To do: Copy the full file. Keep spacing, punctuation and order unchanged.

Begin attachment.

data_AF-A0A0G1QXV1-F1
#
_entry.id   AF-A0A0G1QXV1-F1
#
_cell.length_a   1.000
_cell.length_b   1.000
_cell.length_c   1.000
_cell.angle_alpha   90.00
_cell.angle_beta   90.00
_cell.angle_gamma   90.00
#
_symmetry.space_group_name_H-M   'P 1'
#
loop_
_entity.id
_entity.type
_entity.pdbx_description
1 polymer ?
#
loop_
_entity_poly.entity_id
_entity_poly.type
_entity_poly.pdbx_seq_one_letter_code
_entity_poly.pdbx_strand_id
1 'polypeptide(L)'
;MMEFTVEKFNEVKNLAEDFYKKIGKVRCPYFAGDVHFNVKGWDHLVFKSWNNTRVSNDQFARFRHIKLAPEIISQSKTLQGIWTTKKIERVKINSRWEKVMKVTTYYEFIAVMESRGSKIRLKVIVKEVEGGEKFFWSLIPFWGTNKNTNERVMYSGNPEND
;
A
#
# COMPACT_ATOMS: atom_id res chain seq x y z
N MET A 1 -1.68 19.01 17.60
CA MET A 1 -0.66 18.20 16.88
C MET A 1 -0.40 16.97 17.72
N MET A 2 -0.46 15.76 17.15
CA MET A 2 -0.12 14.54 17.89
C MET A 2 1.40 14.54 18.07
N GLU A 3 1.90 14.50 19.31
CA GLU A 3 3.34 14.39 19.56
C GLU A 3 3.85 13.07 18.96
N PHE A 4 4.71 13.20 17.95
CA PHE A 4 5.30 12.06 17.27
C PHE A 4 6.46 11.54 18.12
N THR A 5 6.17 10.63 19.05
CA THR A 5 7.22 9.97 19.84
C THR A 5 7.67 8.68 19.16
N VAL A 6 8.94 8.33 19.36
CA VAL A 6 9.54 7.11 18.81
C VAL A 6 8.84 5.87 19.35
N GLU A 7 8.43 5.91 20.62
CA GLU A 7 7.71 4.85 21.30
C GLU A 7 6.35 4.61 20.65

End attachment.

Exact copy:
data_AF-A0A0G1QXV1-F1
#
_entry.id   AF-A0A0G1QXV1-F1
#
_cell.length_a   1.000
_cell.length_b   1.000
_cell.length_c   1.000
_cell.angle_alpha   90.00
_cell.angle_beta   90.00
_cell.angle_gamma   90.00
#
_symmetry.space_group_name_H-M   'P 1'
#
loop_
_entity.id
_entity.type
_entity.pdbx_description
1 polymer ?
#
loop_
_entity_poly.entity_id
_entity_poly.type
_entity_poly.pdbx_seq_one_letter_code
_entity_poly.pdbx_strand_id
1 'polypeptide(L)'
;MMEFTVEKFNEVKNLAEDFYKKIGKVRCPYFAGDVHFNVKGWDHLVFKSWNNTRVSNDQFARFRHIKLAPEIISQSKTLQGIWTTKKIERVKINSRWEKVMKVTTYYEFIAVMESRGSKIRLKVIVKEVEGGEKFFWSLIPFWGTNKNTNERVMYSGNPEND
;
A
#
# COMPACT_ATOMS: atom_id res chain seq x y z
N MET A 1 -1.68 19.01 17.60
CA MET A 1 -0.66 18.20 16.88
C MET A 1 -0.40 16.97 17.72
N MET A 2 -0.46 15.76 17.15
CA MET A 2 -0.12 14.54 17.89
C MET A 2 1.40 14.54 18.07
N GLU A 3 1.90 14.50 19.31
CA GLU A 3 3.34 14.39 19.56
C GLU A 3 3.85 13.07 18.96
N PHE A 4 4.71 13.20 17.95
CA PHE A 4 5.30 12.06 17.27
C PHE A 4 6.46 11.54 18.12
N THR A 5 6.17 10.63 19.05
CA THR A 5 7.22 9.97 19.84
C THR A 5 7.67 8.68 19.16
N VAL A 6 8.94 8.33 19.36
CA VAL A 6 9.54 7.11 18.81
C VAL A 6 8.84 5.87 19.35
N GLU A 7 8.43 5.91 20.62
CA GLU A 7 7.71 4.85 21.30
C GLU A 7 6.35 4.61 20.65